3 Tips for Learning to Pick Your Battles

Parenting preschoolers can feel like a constant battle of wills. Discover three easy tips for learning to pick your battles with your preschoolers.

Parenting preschoolers can feel like a constant battle of wills. Discover three easy tips for learning to pick your battles with your preschoolers.

As parents, we can choose to pick our battles, or we can fight them all. The problem with fighting them all is that everything will then weigh the same. Is leaving the house in matching clothes and tidy hair as important as wearing a seatbelt in the car? Is what they wear to Walmart as important as what they wear to church?

Parents, Pick Your Battles

What is non-negotiable?

We have a handful of non-negotiable rules in our house. These are rules we don’t argue about. They aren’t open to a debate.

Little ones will wear shoes when it’s cold outside. They will sit in their carseats in the car. Preschoolers won’t go in the pool without an adult present. They’ll wear a helmet when riding they’re bikes. Rules that concern the health and safety of my kids (or those in my care) are non-negotiable.

Figure out what should be a sticking point?

Once we’ve determined what’s non-negotiable, we can focus on the things that are open to negotiation and/or compromise.

I remember having a friend over one night when my oldest was a preschooler. I let him go to bed with his tennis shoes on. My friend {with no kids} was mortified that I let him crawl in bed with dirty shoes on. It was at that point that I really thought about which battles I was going to fight. If Logan wore his dirty shoes to bed, I could throw his sheets in the wash the next day {but I probably didn’t.} It much more important to me that my wild boy just go to bed. His shoes were just not a sticking point that night.

There are times I put my foot down and make my children put on matching clothes and fix their hair, but other times it’s not worth the battle. I don’t care if I take Spiderman or Cinderella to the grocery store. But, Christmas pictures require dress clothes. Sometimes everyday things more important than at other times. These are the times I have to decide where to stand my ground, and where to let it go.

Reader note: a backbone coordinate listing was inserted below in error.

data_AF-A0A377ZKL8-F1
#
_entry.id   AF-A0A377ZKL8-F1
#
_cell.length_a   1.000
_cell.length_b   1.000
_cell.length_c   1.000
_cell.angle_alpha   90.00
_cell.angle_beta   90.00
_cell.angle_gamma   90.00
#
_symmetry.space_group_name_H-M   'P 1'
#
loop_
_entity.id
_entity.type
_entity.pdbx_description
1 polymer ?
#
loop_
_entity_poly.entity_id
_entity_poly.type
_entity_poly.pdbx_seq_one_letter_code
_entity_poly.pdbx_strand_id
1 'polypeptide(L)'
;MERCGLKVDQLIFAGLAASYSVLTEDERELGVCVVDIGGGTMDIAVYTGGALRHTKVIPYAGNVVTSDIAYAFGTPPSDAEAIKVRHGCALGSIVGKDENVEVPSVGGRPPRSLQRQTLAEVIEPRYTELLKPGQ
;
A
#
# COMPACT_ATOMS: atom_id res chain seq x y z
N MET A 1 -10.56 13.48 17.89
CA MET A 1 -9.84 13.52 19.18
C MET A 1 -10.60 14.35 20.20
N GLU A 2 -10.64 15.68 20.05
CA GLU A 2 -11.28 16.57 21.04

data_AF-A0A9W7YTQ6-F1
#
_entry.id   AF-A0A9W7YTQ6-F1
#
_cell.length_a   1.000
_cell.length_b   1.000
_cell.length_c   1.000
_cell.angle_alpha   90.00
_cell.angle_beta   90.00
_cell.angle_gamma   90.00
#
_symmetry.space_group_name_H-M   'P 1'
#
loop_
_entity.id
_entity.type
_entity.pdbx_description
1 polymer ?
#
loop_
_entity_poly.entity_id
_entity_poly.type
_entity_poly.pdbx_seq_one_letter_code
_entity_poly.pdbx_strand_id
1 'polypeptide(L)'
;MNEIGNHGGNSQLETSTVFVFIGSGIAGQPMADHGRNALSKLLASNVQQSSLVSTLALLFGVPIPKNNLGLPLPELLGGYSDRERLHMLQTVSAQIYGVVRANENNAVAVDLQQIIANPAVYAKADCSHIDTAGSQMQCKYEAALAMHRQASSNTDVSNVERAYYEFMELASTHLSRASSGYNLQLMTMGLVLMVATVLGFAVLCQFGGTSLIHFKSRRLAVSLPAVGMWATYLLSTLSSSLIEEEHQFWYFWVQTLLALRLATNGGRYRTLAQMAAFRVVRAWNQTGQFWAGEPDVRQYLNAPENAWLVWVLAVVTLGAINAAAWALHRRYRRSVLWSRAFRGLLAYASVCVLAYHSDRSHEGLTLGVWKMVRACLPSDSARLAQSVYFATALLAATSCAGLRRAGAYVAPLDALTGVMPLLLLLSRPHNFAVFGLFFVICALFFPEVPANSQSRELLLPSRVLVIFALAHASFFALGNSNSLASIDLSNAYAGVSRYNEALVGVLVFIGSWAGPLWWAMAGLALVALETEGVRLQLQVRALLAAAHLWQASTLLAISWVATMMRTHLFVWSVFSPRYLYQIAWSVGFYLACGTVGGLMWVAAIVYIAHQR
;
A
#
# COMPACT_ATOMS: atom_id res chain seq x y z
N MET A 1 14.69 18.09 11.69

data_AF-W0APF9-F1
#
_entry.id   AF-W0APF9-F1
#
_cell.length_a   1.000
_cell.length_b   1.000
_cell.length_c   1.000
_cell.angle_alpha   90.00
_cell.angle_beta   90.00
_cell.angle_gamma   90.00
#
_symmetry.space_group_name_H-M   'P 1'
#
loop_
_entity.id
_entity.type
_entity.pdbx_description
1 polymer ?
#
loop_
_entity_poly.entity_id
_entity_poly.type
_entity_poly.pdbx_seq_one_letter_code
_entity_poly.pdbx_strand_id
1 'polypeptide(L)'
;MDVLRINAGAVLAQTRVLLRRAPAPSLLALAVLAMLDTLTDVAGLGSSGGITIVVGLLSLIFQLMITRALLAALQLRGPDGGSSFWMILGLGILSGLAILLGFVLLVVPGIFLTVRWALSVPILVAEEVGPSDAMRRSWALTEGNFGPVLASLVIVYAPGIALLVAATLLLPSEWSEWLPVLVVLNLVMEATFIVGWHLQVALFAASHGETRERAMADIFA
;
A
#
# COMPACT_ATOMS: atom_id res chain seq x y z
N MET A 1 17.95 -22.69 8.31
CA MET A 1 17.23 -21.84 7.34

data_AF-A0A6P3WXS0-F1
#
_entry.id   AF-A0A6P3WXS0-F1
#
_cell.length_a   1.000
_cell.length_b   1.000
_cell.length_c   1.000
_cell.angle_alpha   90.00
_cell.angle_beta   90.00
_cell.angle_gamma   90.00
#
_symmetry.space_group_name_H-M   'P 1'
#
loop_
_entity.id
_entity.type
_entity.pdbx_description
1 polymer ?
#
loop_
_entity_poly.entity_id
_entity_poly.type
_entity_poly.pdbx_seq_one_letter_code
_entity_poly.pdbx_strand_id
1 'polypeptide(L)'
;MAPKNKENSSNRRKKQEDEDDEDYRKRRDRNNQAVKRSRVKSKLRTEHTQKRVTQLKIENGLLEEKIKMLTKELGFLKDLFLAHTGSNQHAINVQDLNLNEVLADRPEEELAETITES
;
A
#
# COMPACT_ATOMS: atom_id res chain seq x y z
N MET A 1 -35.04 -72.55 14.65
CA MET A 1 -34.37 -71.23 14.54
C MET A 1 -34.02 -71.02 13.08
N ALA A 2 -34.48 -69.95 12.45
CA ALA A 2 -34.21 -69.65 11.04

Parenting preschoolers can feel like a constant battle of wills. Discover three easy tips for learning to pick your battles with your preschoolers.

Allow natural consequences to occur.

As often as possible, I try to allow natural and logical consequences run their course. If they don’t want to wear their mittens, their hands will be cold. If they don’t put their favorite toy away, it may get broken if someone steps on it. When your preschooler doesn’t eat what’s served, they’ll be hungry before the next meal.

Like adults, kids need the freedom to make decisions and learn from their mistakes and successes. They can’t do that if we are fighting every decision they make.

What do you think?

I think this kind of training starts at a young age. As long as they’re not putting themselves in danger or making decisions that go against our non-negotiables, we try to pick our battles wisely so that when we do stand our ground they know we mean business.

Do you find it difficult to let things go? What tips do you have for picking your battles? Leave me a comment and share your tips.

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  1. I think and feel, there are no things like no – negotiable rules, are supposed to be in your home. Kids are supposed to know, the reasons what may happen if you not wear a seat belt in the car, why the preschooler not supposed to go to the pool by oneself, e.t.c. Not blindly obey to what you think. Make sense for your kids, and with yours rules.

    1. I don’t disagree that kids should know the “why” behind the rules I set in my home. However, there are many that are still non-negotiable. Kids (and many adults) have an “it won’t happen to me” attitude when it comes to wearing seat belts and playing poolside. However, because those things can have fatal consequences playing poolside alone and wearing seat belts in a moving vehicle are non-negotiable. Period.